In the lives of His children---He's soverign in the ordering of individual men and women. The Psalmist refers to God as "my King". (Psa. 5:2) He's to be extolled. This King reveals Himself in times of need. The death of a king was an open invitation to rebellion. But Israel was made to see that, although Judah's throne was empty, God's eternal throne was not. (Isa. 6:5) The prophet realized God would bring salvation. Jeremiah rejoiced that "a glorious throne was the place of sanctuary. Perhaps the most superb illustration of God's sovereignty is in the story of Joseph. He looked back on affliction, but could discern the providential control of God. (Gen. 50:20)

In the work of His Son---Christ came to fulfil God's soverign purpose. His death wasn't an accident. He knew it was ahead (Jn. 2:4) Christ's death was part of God's soverign purposes. Judas, Pilate and the priests played subsidiary roles. The death of God's Son was allowed "according to the plan of God" (Acts 2:23) The prophets had predicted it, and it was all part of God's plan (Acts. 4:27)

In the extension of His dominion---Jesus made great use of "Kingdom" to describe God's work. The word (basileia) doesn't mean kingdom in the sense of geographical territory. It incicates the rule of God. In Christ's teaching the Gospel was God's kingly rule (Mk. 1:14, 15). Men can enter by repentance and faith.(Mk. 1:15) It's the work of God's Spirit; a new birth. The things of the kingdom are to be of the greatest importance. It's God's Kingdom (LK. 12:32) It's unshakeable and one that'll grow however men may work against it. (Mt. 13:31) Note "multiplied" in Acts. It's a story of irresistible growth (Acts 6: 1, 7) His disciples pray "Thy KIngdom come" (Lk. 11:2)

God Is Omniscient...

God is not limited by ignorance and uncertainty. He has perfect knowledge. (Job 36:4) He keeps watch...He doesn't confine His interest to Israel alone. Amos told that God knew the sins of one heathen nation against another. He was grieved about the cruelty of the Moabites to Edom, or the transgressions of Gaza and Tyre. (Amos 2:1) Before the prophet exposes the sins of Juday and Israel he show that God has seen all the atrocities of their neighbors. Nothing can be hidden. He's "a God of knowledge. He knows about individuals as well as empires.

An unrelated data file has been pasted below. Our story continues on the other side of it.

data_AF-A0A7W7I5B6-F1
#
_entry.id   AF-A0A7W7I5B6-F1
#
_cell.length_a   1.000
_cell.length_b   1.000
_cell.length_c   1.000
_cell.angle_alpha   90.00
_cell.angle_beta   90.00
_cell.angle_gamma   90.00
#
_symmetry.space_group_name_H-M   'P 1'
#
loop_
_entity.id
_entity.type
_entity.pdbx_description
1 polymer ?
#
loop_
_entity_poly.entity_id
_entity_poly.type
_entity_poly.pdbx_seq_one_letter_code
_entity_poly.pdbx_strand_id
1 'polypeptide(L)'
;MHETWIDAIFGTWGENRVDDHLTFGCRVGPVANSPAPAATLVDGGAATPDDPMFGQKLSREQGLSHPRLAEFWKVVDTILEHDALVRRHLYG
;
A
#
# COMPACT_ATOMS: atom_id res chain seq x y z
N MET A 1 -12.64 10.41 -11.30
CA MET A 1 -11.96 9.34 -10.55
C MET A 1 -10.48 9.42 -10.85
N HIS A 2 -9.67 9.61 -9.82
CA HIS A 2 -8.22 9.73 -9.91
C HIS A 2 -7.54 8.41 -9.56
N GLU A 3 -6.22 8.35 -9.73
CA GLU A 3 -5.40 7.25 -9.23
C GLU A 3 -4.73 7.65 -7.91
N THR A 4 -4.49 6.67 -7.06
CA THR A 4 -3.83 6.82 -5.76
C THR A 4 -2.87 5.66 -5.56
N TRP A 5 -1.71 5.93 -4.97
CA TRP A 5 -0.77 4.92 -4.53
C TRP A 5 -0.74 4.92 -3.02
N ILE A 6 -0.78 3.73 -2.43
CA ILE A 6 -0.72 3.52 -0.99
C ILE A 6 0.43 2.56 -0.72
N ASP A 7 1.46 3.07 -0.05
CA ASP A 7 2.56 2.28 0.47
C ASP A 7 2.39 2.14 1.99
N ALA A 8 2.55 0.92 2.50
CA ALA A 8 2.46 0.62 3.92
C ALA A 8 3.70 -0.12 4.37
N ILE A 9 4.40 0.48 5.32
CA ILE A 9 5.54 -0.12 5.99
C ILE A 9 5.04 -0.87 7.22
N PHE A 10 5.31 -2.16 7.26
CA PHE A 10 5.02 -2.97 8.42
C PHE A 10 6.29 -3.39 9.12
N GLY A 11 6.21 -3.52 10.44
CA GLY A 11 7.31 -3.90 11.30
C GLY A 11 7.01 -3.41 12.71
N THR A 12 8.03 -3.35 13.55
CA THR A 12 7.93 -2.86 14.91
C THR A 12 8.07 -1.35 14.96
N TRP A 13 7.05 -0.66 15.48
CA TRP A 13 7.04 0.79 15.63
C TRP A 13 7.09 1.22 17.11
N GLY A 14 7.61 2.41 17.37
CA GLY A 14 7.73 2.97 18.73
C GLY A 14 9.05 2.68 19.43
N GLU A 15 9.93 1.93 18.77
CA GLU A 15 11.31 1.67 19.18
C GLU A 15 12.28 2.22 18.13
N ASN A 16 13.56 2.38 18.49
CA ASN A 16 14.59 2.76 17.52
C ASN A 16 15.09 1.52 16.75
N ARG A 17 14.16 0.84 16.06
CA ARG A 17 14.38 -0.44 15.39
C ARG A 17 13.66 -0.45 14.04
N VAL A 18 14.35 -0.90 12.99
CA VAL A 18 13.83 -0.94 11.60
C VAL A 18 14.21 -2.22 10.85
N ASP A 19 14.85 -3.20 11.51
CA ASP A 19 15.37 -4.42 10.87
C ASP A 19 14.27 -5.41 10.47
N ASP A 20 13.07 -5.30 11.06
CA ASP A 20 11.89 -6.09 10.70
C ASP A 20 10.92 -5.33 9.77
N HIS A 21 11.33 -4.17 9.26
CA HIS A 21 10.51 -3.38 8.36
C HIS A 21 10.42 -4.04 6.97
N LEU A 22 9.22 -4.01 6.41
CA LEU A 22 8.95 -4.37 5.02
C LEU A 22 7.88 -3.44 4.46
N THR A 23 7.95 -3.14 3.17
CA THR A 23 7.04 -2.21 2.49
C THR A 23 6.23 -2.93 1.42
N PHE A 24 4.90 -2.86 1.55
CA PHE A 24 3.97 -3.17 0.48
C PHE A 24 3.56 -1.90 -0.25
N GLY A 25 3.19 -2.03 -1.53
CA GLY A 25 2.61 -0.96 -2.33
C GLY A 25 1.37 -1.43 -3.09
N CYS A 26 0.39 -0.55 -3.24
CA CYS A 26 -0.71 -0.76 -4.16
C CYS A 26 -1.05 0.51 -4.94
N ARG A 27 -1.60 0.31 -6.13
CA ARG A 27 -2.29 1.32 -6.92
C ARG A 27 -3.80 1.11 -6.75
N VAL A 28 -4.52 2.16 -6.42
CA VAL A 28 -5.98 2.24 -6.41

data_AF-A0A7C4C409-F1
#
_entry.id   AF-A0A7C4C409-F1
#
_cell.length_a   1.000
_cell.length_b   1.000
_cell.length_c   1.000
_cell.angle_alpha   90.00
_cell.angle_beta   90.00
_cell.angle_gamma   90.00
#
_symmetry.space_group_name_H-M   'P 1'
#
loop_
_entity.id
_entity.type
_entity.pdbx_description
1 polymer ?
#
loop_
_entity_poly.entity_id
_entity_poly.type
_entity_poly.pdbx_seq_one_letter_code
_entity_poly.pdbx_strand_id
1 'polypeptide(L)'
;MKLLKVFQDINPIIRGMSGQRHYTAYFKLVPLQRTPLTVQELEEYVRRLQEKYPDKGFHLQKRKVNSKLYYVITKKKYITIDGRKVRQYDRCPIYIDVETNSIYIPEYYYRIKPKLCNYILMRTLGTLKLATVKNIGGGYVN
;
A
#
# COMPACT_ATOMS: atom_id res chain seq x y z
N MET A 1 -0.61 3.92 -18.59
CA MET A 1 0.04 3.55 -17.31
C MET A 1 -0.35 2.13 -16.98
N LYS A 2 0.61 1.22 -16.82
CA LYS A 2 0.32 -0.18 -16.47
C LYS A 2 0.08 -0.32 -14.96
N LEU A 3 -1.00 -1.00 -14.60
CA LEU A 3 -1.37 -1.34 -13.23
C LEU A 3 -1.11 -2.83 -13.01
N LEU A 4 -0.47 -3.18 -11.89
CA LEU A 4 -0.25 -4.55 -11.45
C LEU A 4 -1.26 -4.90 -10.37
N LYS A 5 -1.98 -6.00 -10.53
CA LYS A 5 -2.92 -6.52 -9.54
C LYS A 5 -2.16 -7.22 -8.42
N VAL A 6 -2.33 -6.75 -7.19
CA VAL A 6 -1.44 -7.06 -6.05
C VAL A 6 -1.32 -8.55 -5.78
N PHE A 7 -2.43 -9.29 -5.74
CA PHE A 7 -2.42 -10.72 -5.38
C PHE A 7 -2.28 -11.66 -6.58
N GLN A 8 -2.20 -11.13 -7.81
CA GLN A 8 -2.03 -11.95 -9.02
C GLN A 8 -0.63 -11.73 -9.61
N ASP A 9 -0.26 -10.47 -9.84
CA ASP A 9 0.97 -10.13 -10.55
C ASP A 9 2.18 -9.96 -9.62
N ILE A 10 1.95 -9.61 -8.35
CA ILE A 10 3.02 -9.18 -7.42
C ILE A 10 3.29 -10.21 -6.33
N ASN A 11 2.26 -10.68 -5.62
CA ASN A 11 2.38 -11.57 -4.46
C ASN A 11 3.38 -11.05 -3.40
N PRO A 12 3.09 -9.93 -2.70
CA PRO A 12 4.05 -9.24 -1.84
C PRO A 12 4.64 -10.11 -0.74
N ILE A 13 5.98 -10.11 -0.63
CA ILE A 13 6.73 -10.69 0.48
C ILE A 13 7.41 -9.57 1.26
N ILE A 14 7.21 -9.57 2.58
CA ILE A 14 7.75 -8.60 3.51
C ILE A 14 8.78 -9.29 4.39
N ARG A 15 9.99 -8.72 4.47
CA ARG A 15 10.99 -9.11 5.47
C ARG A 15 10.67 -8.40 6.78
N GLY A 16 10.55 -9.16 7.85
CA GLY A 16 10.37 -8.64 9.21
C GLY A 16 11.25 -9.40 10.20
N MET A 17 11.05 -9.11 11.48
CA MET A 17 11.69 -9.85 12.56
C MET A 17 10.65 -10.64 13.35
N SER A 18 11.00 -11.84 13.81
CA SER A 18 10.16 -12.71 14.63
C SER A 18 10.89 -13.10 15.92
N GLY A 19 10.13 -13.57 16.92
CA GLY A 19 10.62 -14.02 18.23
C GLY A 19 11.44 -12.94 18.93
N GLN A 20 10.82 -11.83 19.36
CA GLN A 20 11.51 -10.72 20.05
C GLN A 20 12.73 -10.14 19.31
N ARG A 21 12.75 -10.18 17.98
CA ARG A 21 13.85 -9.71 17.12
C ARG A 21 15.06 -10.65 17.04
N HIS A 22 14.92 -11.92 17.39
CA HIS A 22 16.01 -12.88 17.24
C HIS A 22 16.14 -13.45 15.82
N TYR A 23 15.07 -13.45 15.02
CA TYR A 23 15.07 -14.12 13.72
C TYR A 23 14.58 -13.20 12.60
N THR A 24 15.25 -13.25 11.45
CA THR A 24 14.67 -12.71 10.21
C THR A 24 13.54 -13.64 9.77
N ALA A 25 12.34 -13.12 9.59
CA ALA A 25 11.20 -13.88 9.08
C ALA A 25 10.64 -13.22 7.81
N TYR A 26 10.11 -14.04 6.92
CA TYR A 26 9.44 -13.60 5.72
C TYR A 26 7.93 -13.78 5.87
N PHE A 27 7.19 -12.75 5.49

He Discerns Our Secrets---It's only unbelieving men who suggest that God can't see their secrets, but God knows their plans and ambitions. He know the heart. God will judge these secrets. Everything will be made manifest. (Jer. 32:19)

He Reads Our Thoughts---Man is easily deceived. But God looks into hearts. He doesn't see as man sees. Psalm 139 is a detailed exposition of thes theme. Before man puts his ideas into words, God knows. He knows what we talk about. He knows about our generosity, prayer life and personal discipline. (Mt. 6:18)

He Realizes Our Limitations---He knew us before and know us better than anyone else. He remembers that we're dust. (Psa 103:14)

He Sees Our Troubles---God knew all about the distress of His people in Egyptian bondage. He knew what they would do. Once they came into Canaan, God continued to keep His eye on them. (Det. 11:12) When judgment came...some were tempted to believe that God had forsaken then. They forgot that He knew their sorrows. Because His eye was upon the exiles, they return. Once back nt eh land, God continued to look upon them in favor. (Ezra 5:5) God know about adversities. Jeremiah knew that God was aware of the hostility of his enemies. (Jer. 18:23) God revealed their cruel plans to His servant.(Jer. 11:18) Job, knew that God was conscious of his grief. (Job 23:10) He knows our needs. He know how to deliver us. (1 Cor. 10:13)

He Uncovers Our Sins---Men may try to hide their sins, but God sees. The sinner imagines that he can sin in secret. (Job 24:14) Further, He know our past sins. Achan imagined that nobody was aware of his theft. David thought his sin was secret (2 Sam 12:12) but he was publicly condemned. It was evil in God's sight. He sees iniquity. He know our secret faults. The believeing man askes that these sins will be revealed so he may forsake them. God tries the hearts and minds of sinful men...and, longs to forgive. (1 Jn. 1:10) Man's pride keeps Him from God. He knows our arrogance. This is one of the worst sins. Christ knew that this was the trouble with the Pharisees.(Lk. 16:15)

He Knows Our Faith---God's omniscience know those who will believe. (Rom 8:29) Because He knew those who would trust in Christ's saving workd, He set them apart. (Eph. 1:5) Although there's mor in the biblical idea of predestination, at least this much is quite clear in ght Scriptures.

He Determines Our Destiny---"The eye of the Lord" is upon those who love and obey Him (Psa. 33:18) He know them intimately. Jeremiah, for example, was assured that God knew him even before birth. (Jer. 1:5) Paul could say the same. God takes personal interest in insignificant man. He knows the path we will take, the movements of every day are His concern (Job 3: 4) He promises to guide us. He show us His way. The God who know us by name (Exod. 33:12)...and numbers the hairs of our heads (Lk 12:7)---is concerned about every detail.